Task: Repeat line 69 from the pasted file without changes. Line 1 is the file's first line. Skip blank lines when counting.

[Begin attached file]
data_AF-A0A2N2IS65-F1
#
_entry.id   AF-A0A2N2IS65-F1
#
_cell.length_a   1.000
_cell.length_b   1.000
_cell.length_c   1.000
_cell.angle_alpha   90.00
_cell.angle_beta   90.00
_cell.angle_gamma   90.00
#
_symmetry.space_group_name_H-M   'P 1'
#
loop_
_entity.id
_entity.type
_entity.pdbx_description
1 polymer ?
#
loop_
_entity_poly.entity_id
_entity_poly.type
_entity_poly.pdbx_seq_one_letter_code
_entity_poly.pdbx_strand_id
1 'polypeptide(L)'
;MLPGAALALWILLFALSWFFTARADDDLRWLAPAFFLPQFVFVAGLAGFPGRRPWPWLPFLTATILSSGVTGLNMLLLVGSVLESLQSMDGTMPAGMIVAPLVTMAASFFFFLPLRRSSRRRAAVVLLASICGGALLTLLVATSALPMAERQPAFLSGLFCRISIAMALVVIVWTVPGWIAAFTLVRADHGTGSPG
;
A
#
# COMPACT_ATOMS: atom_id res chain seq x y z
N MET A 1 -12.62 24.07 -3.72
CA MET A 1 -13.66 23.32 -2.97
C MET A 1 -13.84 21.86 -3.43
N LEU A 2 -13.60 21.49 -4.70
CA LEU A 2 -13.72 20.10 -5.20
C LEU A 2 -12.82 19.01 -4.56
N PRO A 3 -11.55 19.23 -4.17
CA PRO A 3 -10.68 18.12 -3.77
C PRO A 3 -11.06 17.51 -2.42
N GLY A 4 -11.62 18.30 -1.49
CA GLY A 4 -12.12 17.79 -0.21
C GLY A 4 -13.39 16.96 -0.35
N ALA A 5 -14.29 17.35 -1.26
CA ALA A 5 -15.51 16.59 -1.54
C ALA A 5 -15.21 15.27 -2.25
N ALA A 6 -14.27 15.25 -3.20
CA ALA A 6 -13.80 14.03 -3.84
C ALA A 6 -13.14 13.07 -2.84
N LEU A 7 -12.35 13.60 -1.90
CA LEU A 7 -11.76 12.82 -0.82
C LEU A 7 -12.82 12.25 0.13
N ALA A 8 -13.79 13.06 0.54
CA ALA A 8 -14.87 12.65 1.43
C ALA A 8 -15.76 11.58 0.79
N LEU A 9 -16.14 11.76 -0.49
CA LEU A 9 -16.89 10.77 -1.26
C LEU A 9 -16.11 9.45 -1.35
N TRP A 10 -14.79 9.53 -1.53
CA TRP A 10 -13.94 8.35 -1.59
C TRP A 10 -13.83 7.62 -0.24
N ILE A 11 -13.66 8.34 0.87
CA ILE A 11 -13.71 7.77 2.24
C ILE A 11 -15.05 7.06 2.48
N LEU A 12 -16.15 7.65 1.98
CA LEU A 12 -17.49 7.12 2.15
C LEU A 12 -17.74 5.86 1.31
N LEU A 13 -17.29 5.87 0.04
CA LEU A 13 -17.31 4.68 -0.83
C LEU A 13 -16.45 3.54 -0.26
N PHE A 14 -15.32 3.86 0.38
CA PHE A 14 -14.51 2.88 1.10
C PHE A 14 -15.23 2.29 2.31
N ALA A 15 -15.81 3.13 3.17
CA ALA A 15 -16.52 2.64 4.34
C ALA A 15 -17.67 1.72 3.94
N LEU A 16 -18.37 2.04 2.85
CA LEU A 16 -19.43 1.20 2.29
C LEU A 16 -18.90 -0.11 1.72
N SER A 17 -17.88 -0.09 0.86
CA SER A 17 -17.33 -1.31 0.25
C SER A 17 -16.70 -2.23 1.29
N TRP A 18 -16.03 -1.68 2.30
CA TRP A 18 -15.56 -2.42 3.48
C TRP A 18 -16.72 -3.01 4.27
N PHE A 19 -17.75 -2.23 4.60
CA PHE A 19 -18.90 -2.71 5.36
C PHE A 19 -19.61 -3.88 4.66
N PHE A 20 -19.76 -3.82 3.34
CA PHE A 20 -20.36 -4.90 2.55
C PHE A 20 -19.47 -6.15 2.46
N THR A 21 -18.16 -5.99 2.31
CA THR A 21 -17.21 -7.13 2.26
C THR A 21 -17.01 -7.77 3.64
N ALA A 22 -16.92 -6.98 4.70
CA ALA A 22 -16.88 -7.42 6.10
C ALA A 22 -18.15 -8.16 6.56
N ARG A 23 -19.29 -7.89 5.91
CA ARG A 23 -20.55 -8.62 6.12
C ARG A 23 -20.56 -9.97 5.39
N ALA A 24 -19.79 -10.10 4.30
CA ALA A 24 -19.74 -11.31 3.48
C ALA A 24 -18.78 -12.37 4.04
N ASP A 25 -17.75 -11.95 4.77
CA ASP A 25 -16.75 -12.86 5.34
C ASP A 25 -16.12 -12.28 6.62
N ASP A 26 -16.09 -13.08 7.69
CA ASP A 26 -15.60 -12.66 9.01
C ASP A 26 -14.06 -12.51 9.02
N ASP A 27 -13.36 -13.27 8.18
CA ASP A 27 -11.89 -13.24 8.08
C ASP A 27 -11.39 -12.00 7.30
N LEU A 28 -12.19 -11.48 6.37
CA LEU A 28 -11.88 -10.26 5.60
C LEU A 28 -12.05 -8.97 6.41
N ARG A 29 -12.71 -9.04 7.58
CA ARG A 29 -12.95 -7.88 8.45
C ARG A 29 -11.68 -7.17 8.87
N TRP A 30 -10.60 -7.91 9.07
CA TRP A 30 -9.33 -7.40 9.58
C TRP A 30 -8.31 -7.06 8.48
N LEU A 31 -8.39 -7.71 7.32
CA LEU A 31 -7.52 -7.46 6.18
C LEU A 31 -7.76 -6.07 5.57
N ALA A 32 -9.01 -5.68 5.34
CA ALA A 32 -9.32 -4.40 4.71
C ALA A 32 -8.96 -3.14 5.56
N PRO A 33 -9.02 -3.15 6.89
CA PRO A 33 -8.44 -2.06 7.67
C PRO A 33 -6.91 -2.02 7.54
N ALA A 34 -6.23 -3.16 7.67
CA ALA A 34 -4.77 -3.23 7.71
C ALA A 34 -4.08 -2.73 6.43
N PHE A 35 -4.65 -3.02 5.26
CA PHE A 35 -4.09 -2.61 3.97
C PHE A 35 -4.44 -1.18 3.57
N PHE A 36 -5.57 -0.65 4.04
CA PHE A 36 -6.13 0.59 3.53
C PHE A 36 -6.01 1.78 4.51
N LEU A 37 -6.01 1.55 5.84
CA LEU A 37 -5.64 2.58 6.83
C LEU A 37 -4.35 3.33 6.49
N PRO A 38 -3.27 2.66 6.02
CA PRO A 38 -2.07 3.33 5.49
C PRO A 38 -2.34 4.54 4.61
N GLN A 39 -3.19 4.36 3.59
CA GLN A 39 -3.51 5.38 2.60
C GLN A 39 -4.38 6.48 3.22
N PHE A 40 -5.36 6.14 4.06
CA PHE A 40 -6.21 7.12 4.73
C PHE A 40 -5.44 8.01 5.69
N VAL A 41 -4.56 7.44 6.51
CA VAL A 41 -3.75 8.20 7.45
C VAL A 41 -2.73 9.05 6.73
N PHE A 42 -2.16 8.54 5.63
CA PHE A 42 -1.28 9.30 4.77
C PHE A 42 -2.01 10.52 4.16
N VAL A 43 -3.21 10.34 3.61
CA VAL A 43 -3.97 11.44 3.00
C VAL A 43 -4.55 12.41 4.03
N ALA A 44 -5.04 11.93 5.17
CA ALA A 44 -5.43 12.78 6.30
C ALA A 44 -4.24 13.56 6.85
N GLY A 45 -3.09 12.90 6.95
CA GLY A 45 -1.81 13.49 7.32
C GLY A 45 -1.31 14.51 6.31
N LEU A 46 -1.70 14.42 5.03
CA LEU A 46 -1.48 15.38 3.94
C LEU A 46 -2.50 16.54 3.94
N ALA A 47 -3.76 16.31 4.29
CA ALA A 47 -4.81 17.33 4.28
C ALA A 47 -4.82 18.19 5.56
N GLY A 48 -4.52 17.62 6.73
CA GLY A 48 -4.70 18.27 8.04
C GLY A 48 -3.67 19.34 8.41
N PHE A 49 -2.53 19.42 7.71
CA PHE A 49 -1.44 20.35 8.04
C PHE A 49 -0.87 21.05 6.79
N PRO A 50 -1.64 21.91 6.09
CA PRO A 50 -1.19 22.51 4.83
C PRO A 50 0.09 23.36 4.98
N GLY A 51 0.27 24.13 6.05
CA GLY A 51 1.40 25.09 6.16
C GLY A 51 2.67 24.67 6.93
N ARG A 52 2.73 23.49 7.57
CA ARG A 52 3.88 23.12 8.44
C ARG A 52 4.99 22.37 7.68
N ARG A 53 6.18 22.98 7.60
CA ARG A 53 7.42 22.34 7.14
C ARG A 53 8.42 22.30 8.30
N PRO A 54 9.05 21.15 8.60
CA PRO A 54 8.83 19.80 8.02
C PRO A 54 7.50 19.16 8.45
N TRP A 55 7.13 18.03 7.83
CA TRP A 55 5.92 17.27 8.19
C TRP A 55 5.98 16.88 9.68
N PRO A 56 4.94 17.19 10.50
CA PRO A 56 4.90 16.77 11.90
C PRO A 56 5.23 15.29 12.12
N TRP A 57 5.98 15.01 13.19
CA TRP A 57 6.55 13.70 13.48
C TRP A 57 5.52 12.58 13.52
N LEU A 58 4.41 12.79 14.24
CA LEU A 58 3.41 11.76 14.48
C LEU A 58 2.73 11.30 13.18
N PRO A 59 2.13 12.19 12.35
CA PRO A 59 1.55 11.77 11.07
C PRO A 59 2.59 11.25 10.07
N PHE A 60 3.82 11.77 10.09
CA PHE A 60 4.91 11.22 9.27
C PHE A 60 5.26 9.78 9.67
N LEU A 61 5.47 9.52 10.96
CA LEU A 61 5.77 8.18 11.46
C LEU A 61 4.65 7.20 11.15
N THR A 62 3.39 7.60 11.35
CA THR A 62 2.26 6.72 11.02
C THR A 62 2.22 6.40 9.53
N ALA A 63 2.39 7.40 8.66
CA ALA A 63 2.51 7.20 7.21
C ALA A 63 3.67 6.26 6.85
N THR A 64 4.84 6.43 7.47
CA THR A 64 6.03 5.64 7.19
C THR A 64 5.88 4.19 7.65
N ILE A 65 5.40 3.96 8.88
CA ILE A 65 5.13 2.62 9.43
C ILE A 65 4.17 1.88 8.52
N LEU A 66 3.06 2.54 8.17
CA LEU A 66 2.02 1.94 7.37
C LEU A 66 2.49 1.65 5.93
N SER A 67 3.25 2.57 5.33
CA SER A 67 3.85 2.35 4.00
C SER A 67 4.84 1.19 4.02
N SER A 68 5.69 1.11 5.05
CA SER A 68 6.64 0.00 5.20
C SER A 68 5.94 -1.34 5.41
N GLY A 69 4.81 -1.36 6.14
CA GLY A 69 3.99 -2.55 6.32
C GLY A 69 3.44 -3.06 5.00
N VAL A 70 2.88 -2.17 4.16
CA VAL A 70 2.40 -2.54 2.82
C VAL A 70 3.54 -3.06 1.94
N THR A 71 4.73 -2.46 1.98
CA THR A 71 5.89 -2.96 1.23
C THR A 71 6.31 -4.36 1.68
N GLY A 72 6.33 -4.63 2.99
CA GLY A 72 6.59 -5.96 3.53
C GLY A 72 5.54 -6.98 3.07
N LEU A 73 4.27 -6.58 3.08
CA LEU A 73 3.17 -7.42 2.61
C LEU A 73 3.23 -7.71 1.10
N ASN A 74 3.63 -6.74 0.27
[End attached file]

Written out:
C LEU A 13 -16.45 3.54 -0.26